You may have noticed in the news that the Government has recently sold off more of the shares that it owned in Lloyds Bank. This now means that the UK Government owns just 8.9% of the bank. This is a massive decrease in the percentage of Government ownership of the bank which stood at 43% just six years ago.

This now means that the UK Government has been able to recoup £17bn of the £20.5bn that was given to the bank as a bailout between 2007 and 2009. If the share price continues to improve with the general trend of the stock market, then it is reasonably possible that the Government could get close to, if not slightly more on the £20.5bn original bailout cost.

The graph below shows the general trend of the Lloyds Bank share price over the last 5 years.


lloyds bank share price

However, you may wonder why the Government doesn't just sell all the shares in Lloyds Bank when they are at a peak? For example in mid 2015 the share price was 87p per share, where as now they are valued at 57p per share. That basically means that the Government is 30p worse off per share that it owns in the bank and with 8.9% of the total shares in Lloyds Bank, that is an awful lot of shares.

So why not sell them all in mid 2015? The answer all comes down to supply and demand. If the Government was to try and sell all its shares at the same time, then the market value of each share would dramatically fall. This is because there would be a massive increase in supply of the shares in Lloyds Bank, however the number of possible buyers would most probably be exactly the same. If this was to happen to Lloyds Bank then it could leave it vulnerable in the future as this would dramatically reduce the value of the company which could impact on how much borrowing / investment that it could carry out. As this is a bank where many people in the UK place their money, if it was to hit financial problems in the future then it is fair to assume the Government would once again end up bailing it back out. This is why it is in the interest of the UK Government to ensure that Lloyds Bank is successful.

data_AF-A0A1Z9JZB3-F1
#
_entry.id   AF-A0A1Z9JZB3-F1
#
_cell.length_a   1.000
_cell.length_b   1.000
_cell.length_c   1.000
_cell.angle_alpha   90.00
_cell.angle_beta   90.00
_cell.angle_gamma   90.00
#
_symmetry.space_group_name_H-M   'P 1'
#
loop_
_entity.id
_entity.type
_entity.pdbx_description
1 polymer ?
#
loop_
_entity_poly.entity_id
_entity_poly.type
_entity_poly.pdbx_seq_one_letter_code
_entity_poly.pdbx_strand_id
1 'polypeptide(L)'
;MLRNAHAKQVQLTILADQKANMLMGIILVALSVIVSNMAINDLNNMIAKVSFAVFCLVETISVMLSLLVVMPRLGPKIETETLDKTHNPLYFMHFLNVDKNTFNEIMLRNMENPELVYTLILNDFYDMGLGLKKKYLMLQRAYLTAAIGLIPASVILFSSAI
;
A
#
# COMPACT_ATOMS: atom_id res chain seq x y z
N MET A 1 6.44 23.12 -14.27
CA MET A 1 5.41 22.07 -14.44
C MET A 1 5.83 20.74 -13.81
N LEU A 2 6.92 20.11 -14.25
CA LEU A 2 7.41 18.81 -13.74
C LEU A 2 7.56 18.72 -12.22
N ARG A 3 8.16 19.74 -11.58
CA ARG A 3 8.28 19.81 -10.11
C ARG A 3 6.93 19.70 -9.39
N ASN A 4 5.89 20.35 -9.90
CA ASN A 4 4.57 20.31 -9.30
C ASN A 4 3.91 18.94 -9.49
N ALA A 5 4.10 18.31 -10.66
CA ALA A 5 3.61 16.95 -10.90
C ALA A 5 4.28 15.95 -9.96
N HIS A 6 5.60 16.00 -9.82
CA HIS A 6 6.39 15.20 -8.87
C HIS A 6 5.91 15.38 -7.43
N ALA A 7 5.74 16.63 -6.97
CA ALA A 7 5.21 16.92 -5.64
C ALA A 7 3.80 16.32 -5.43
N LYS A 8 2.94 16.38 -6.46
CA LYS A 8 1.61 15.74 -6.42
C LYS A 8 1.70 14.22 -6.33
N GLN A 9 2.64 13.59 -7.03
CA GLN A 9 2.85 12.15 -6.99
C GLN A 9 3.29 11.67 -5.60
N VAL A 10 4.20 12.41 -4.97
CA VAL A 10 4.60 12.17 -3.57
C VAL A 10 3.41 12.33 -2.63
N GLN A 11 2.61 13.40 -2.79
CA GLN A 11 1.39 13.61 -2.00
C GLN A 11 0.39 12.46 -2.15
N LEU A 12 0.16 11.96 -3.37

If your struggling to understand the above, think of the following concept. If you are 1 of only 10 sports car dealers and only 50 customers a year are looking to buy these cars. There is a good chance that you can ensure that each customer pays the asking price of the car that you are asking for. However, imagine that now 100 dealers have opened up selling the same sports cars. Now you have a problem as now the customer has more suppliers to choose from and you as a seller want to make sure you make the sale and not lose it elsewhere. So the best strategy you can adopt is to reduce the selling price which should attract the customers. Of course this is only happening because of the over supply in the market because there are not enough customers. This is exactly what would happen with Lloyds Bank shares if the Government was to sell them all at once.

Now you know why the Government is not trying to sell all its shares at once.


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